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General Policy Overview

  • As of 2001, no national laws or regulations govern school administration of medication. However, national guidelines available for local adoption were published at least as early as 1990.
  • Guidelines may be found at either state or local levels. Most local policies are developed by school boards, superintendents, individuals, and other school personnel, in collaboration with local physician or medical advisory committees. When individuals searching for applicable policies or regulations, they should always start at the local level and work up.
  • According to a 2001 U.S. Congressional Subcommittee report, a total of 37 states and the District of Columbia have statutes, regulations, and/or mandatory policies addressing medication administration at schools.
  • Many states have sovereign immunity laws that shield public employees, including school personnel and nurses, etc., from liability for negligence. Local procedures and policies generally require parents’ signatures to release school districts and employees from liability.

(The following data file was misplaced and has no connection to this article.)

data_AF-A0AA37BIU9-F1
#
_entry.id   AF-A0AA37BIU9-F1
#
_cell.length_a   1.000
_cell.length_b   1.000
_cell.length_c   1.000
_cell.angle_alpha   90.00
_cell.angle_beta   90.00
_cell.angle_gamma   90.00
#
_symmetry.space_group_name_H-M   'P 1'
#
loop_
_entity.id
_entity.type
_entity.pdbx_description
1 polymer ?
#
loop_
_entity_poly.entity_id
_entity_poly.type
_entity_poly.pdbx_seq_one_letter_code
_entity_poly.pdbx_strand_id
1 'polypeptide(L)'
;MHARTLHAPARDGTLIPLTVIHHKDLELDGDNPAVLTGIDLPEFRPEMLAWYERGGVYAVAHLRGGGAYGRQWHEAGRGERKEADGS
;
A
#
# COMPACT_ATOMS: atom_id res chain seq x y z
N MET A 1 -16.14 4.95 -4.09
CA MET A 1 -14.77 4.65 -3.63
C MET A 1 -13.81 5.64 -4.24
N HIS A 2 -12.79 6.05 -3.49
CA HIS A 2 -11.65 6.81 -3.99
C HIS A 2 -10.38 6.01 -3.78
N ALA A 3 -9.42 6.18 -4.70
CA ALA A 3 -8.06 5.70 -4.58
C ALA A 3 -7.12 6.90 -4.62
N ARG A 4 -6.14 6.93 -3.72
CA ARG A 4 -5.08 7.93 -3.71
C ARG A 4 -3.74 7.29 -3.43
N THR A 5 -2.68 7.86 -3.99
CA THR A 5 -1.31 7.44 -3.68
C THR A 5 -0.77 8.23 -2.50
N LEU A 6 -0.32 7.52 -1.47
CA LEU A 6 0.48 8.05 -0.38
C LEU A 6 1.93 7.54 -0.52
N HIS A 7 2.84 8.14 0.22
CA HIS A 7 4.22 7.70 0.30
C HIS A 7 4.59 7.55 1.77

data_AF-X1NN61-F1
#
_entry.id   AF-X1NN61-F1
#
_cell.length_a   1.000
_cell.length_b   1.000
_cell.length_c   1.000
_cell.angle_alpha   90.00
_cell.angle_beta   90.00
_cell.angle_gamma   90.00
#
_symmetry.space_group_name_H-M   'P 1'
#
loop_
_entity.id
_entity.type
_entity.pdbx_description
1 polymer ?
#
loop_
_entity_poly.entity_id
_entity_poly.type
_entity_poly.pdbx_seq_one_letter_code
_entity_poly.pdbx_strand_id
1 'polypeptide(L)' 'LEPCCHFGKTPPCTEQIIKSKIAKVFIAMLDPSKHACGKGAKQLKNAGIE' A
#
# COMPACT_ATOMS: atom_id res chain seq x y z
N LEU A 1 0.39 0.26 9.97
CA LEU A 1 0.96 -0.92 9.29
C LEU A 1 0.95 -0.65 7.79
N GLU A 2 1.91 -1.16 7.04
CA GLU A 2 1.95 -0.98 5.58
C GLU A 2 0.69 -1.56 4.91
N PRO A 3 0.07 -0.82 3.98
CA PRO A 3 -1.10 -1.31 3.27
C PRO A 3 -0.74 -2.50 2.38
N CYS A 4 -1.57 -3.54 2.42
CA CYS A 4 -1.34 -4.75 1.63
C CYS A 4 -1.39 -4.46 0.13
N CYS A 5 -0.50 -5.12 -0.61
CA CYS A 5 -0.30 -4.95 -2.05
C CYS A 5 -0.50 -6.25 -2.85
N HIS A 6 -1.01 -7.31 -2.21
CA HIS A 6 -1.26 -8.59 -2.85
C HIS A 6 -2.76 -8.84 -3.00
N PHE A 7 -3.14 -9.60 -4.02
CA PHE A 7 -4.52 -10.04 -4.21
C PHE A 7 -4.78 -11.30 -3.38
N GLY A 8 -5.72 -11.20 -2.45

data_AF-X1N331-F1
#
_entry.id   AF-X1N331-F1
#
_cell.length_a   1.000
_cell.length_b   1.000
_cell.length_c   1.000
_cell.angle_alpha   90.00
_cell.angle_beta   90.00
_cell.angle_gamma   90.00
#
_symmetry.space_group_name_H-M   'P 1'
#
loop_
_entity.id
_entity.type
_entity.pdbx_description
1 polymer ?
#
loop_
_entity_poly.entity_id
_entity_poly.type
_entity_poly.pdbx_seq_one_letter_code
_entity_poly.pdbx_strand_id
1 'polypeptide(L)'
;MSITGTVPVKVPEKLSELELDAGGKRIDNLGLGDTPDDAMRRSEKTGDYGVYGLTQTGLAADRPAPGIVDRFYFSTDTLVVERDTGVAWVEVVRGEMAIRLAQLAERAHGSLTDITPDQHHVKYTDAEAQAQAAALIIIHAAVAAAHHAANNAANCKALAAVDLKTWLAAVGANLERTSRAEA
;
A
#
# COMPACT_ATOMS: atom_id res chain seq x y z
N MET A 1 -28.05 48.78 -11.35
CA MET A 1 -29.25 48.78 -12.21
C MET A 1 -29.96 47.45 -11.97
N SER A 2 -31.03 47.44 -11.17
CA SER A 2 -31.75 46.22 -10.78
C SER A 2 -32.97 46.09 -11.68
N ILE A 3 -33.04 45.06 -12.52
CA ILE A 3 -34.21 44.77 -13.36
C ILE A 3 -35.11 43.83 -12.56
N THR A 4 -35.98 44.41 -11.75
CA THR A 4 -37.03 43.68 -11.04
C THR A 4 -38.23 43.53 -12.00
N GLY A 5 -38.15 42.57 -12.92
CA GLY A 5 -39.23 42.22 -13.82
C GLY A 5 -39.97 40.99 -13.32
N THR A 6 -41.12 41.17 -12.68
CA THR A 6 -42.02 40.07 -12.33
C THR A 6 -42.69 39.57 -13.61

• Many state and local policies permit “delegation” of medication administration (usually restricted to licensed nurses) to trained but unlicensed assistive personnel (UAPs) within school settings. They may be school principals, teachers, secretaries, or administrative assistants within the health services office., school principals, or teachers. Certain duties cannot be delegated, such as secured storage of controlled substances.
  • Self-administration policies vary greatly from state to state and within school districts. Many require student assessment for age and maturity; others simply require authorizations from prescribers and parents. Almost all include signed releases of liability.
  • States may require compulsory medication, in the form of immunizations/vaccinations of school children, as prerequisites to school attendance. As of 2000, 23 states had passed immunization requirements for hepatitis B vaccinations. Many had additional requirements for measles, varicella, tetanus, and diphtheria. Schools may offer free or low-cost immunizations to students in conjunction with these requirements.

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